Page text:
‘Our hearts are broken’ over invasion of Ukraine, Russian Montrealers say

While there are divisions over the war within the local Russian community, most members oppose it.

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As boycotts against Russian athletes, teachers and vodka sweep the world, Montreal’s Russian community is suffering its own particular anguish over the Ukraine conflict.


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“What’s happening there is dividing us here,” Dmitry Korobkov, the publisher of the Nasha Gazeta, a Russian-language newspaper, said Tuesday.

“On one hand, this topic is international,” said Korobkov, who, like many of Greater Montreal’s more than 50,000 residents of Russian origin, has been glued to news of the invasion “24/7.”

“On the other hand, our hearts are broken, so it’s our personal issue,” he said.

Anti-Russian boycotts have been piling up in the wake of Russian President Vladimir Putin’s invasion of Ukraine, with leading Canadian athletes calling for the exclusion of competitors from Russia and Belarus.

Some members of Montreal’s Russian community say they’ve also been feeling a chill.

Korobkov, who publishes a biweekly newspaper as well as an online version with 10,000 unique visitors daily, said he’s heard of children from Russian families being bullied by schoolmates since the war began.


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He has received a few text messages accusing him of being a secret agent for the Kremlin.

“I can understand people being anti-government, anti-Putin,” he said.

“But people take it personally, at the interpersonal level. It’s wrong,” he said.

While there are divisions over the war within the local Russian community, most members oppose it, Korobkov said.

“I feel proud that most of the community is against the war,” he said.

“There’s no excuse for what happened,” he added.

Outside the Marché Epicure on Paré St., a grocery store popular with Russian immigrants, Liliya Bayarashova’s eyes filled with tears as she discussed the conflict.

“What’s going on is a disaster: it’s horrible and unfair to the citizens,” said the Russian music teacher, who has been devastated by scenes of young mothers with children in strollers fleeing the Ukrainian capital of Kyiv.


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“I put myself in their shoes and it’s horrible,” said Bayarashova, who moved to Quebec 16 years ago.

If the Russian army does not withdraw soon, she may become embarrassed to speak Russian in public, she said.

“We feel guilty,” said Bayarashova, who expressed admiration for the tenacity of the Ukrainian people.

“I’m very proud of them,” she said.

Statistics Canada reported 49,275 people of Russian origin in Greater Montreal in 2016. However, Korobkov estimated the true number is at least twice as high.

The 2016 Census listed 35,055 Montrealers of Ukrainian origin.

Some members of the Russian community declined to discuss the war, saying they feared a backlash.

A manager at Marché Epicure asked a reporter not to interview the staff because “some of them have been crying.”


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At several other businesses that cater to Russian customers, employees also refused to be interviewed.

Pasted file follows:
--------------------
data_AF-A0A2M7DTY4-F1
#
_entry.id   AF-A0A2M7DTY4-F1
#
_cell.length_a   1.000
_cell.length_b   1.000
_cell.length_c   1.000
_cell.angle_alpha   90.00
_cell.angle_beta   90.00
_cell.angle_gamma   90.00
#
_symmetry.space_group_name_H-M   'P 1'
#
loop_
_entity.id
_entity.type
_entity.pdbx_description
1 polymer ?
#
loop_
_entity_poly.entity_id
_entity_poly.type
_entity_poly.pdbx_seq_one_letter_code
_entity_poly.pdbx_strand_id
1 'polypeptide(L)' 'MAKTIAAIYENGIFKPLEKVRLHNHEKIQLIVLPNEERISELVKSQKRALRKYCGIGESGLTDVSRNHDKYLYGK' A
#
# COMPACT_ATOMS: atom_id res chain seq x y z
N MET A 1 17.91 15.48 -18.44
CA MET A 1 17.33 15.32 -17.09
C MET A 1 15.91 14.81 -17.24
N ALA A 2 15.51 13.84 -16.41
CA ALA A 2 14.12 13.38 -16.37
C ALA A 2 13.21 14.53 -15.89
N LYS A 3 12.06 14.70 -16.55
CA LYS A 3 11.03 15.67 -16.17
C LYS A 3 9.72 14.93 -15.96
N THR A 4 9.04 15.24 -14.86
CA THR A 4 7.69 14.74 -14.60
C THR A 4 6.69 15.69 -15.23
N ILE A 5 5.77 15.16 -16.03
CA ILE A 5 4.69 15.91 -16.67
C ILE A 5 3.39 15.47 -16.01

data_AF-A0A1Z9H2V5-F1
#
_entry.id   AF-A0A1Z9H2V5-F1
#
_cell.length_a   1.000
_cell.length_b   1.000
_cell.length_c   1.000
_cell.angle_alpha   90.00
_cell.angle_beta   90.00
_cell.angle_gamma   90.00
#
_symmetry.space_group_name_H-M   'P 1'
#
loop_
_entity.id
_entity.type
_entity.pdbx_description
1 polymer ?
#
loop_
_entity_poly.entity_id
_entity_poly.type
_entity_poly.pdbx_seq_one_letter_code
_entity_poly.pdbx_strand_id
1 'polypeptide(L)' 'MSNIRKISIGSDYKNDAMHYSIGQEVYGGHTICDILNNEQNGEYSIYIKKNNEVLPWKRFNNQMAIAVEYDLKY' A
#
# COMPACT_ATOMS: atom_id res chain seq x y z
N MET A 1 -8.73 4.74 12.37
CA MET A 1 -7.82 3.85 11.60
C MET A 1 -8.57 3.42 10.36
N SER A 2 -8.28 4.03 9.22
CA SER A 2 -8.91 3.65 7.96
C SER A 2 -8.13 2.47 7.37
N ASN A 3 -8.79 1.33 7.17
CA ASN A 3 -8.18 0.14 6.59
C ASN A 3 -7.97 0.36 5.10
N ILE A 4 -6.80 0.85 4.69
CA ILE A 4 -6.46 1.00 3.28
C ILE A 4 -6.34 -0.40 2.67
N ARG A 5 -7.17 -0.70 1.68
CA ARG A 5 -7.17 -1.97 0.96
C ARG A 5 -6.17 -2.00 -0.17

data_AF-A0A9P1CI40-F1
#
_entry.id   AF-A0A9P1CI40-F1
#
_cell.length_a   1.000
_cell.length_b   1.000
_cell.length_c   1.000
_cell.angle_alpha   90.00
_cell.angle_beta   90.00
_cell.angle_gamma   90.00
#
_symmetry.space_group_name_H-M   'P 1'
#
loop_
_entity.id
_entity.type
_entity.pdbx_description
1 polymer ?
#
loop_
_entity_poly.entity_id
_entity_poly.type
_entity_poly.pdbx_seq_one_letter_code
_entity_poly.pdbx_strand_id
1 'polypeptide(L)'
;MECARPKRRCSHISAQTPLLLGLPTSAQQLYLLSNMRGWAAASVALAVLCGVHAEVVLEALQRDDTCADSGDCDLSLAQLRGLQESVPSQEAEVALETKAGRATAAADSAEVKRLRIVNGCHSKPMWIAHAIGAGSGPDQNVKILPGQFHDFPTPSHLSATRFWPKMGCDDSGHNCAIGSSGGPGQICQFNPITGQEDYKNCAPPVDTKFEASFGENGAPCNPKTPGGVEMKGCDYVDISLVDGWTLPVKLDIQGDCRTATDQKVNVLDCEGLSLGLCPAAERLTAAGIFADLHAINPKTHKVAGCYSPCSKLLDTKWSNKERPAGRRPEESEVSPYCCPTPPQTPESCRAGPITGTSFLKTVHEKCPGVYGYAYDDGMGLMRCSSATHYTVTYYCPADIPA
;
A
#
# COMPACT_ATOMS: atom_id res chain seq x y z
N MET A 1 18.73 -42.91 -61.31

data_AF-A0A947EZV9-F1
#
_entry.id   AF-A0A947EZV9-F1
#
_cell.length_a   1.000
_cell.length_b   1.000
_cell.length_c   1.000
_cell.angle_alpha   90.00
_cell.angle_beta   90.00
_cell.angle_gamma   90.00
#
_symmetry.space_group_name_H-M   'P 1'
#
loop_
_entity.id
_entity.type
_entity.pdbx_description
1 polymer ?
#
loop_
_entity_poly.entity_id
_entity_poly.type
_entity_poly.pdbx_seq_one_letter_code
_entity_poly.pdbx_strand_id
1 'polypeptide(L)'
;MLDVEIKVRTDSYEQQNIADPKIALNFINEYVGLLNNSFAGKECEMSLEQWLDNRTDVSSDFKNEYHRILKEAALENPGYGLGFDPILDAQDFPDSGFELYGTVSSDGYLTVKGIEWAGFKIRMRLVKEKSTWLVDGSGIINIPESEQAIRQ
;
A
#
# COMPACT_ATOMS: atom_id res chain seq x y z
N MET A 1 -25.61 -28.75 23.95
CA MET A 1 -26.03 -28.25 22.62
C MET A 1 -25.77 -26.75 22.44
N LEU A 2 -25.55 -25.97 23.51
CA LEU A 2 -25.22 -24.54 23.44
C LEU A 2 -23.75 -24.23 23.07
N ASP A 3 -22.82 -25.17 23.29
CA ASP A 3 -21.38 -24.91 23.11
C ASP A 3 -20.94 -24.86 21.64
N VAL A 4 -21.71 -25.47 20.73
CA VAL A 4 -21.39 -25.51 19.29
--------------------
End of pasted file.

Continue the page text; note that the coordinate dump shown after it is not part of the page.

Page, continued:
“It’s best not to discuss this,” one said.

An academic specializing in Russian affairs also declined to go on the record, saying he was fearful of becoming a target.

“To tell the truth, I am afraid to talk to the media. The anti-Russian propaganda is so intense and so irrational,” he said.

Bayarashova said that while many community members are opposed, others support Putin’s actions.

“The opinions vary depending on people’s life experience and what they watch on the news,” she said.

Another community member who declined to give his name said Putin’s actions are indefensible.

“I cannot support what he’s doing now. No sane person would,” said the man, adding that he lost respect for Putin following the Russian annexation of Crimea in 2014.


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“I lost many friends on Facebook because the majority of Russian people supported it,” he said.

Montreal lawyer Sergey Gerasin said he was surprised by the Russian invasion, even though Putin had made numerous statements over the years opposing stronger ties between Ukraine and the West.

“I thought it was pressure tactics,” said Gerasin, who comes from Kursk, a city in southern Russia about 500 kilometers northeast of Kyiv.

Many people in his hometown have strong ties to Ukraine, he said.

“The countries are very interconnected,” he said. “There are members of families on both sides. It’s very personal. From what I see with my friends and on social media, people think the war should not happen.”

The line between Russians and Ukrainians is anything but clear cut, said Korobkov, a 50-year-old father of four who described himself as “one-quarter Ukrainian, one-quarter Russian and half Jewish.”


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“We are all mixed,” said Korobkov, who grew up in Ukraine and has family in the Ukrainian cities of Kyiv, Donetsk and Zaporizhzhia.

The divisions between Russians and Ukrainians are “completely artificial. This is what I feel,” he said.

Kyiv is a cradle of Slavic civilizations whose diverse population lived in harmony, he said.

“It’s a very welcoming city. You couldn’t feel any difference,” he said.

Korobkov left the former USSR 30 years ago and came to Canada in 2009, after 15 years in Israel.

“The community is mostly immigrants, working people who are doing our best for our kids and for ourselves. We’re Canadian citizens paying our taxes. We’re decent people,” he said.

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